What are the cicadas *up* to isn't necessarily the best question as most of them are now down on the ground, dead. And not just dead, but blown apart dead. I'm sure some of the pieces and parts strewn around the yard are from birds eating them, but I can't imagine that every cicada has parts of it eaten. I think that when they die they dry up to the point that the wind can separate their parts. Either way, they exist mostly in pieces these days, although we still have a few hangers-on making noise in our trees and flying around the yard. The poor guys who are left just can't get a date, I guess. Any female cicadas out there reading this? If so, come to our yard and give these desperate dudes a chance - they just want to pass along some DNA to the next generation.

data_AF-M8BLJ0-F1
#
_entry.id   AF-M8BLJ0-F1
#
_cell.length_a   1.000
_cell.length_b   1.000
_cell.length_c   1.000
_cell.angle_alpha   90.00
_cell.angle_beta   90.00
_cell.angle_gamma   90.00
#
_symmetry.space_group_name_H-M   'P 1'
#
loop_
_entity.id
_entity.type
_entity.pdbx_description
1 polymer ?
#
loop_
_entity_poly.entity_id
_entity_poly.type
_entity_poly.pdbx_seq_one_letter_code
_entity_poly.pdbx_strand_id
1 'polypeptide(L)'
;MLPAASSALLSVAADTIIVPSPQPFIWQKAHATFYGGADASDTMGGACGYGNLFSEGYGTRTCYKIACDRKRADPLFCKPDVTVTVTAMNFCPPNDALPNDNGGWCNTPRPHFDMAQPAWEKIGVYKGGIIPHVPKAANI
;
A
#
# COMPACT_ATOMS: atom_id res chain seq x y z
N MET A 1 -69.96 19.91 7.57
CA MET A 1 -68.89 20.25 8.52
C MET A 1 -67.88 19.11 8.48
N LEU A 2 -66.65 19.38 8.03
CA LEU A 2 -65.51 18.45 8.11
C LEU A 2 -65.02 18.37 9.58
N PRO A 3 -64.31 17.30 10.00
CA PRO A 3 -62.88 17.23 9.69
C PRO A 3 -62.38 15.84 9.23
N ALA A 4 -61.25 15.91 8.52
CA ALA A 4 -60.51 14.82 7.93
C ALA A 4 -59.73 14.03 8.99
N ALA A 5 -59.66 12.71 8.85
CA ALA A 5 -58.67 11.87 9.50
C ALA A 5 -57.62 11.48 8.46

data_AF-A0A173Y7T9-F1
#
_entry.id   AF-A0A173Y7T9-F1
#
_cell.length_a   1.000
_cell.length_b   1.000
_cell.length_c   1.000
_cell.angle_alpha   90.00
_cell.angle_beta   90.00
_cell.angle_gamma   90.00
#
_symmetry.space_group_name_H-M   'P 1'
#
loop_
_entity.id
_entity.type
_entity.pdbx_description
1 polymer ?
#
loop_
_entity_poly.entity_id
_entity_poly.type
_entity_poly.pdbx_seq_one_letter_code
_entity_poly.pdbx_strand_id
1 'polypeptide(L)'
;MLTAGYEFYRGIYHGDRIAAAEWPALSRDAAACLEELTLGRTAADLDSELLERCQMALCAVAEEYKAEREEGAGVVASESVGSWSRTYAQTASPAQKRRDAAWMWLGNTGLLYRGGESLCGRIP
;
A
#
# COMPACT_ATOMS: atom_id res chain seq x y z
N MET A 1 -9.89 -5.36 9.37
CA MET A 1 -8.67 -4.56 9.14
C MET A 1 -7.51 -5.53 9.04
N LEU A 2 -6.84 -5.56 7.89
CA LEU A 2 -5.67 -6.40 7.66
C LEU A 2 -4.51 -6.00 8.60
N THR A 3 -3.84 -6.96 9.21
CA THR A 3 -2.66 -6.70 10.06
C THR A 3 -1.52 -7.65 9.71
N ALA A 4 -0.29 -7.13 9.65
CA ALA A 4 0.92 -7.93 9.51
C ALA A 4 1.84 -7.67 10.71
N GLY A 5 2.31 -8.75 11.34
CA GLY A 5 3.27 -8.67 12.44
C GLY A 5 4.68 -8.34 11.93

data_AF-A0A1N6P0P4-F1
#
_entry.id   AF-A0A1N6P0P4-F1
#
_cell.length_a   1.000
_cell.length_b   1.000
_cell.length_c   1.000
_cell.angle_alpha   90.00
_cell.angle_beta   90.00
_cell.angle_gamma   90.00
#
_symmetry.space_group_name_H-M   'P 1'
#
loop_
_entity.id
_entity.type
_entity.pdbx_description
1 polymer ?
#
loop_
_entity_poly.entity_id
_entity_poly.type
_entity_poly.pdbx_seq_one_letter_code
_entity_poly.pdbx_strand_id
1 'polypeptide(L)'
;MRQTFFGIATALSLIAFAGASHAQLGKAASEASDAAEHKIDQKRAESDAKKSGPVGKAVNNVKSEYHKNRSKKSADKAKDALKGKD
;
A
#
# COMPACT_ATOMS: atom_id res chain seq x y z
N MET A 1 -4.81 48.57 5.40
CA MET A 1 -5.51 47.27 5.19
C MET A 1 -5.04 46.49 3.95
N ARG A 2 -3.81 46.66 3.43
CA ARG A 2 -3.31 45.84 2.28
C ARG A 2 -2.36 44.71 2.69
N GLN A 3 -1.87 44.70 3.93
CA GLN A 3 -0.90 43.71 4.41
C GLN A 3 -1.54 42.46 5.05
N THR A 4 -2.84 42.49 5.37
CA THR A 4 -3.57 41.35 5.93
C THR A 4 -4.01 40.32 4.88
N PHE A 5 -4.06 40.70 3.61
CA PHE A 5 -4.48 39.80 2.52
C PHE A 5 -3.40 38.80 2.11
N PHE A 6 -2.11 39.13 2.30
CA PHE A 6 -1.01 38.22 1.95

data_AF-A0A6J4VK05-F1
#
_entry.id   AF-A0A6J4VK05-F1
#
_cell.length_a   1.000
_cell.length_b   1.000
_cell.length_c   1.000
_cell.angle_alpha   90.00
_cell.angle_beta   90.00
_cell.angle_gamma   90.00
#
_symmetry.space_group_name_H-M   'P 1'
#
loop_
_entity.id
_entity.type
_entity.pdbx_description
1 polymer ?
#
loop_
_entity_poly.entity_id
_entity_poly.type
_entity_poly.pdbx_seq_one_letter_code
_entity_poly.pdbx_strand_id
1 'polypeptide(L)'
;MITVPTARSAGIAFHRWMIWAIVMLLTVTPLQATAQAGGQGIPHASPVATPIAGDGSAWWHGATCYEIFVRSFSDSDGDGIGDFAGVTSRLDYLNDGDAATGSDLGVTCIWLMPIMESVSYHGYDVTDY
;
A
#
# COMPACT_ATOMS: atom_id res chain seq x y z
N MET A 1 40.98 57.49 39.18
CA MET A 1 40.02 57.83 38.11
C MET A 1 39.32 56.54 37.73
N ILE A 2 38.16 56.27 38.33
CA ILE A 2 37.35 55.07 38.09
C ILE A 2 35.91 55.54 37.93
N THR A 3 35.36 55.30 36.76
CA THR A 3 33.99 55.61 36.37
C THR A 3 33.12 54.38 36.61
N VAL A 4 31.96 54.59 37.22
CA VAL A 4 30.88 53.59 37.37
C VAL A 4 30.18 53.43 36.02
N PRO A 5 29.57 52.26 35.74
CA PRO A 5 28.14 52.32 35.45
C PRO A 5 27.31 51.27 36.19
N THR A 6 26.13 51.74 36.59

Oh, and I almost forgot (well, ok, I did forget, but only for a moment) - the first of the annual, "dog-day" cicadas was making noise in our trees yesterday! Yup, one of the green and black guys that comes out every year in groups of 10's per yard rather than 100's or 1000's like the 17-yr ones. The annual cicadas don't usually come out until late in the summer, so I was surprised to hear him.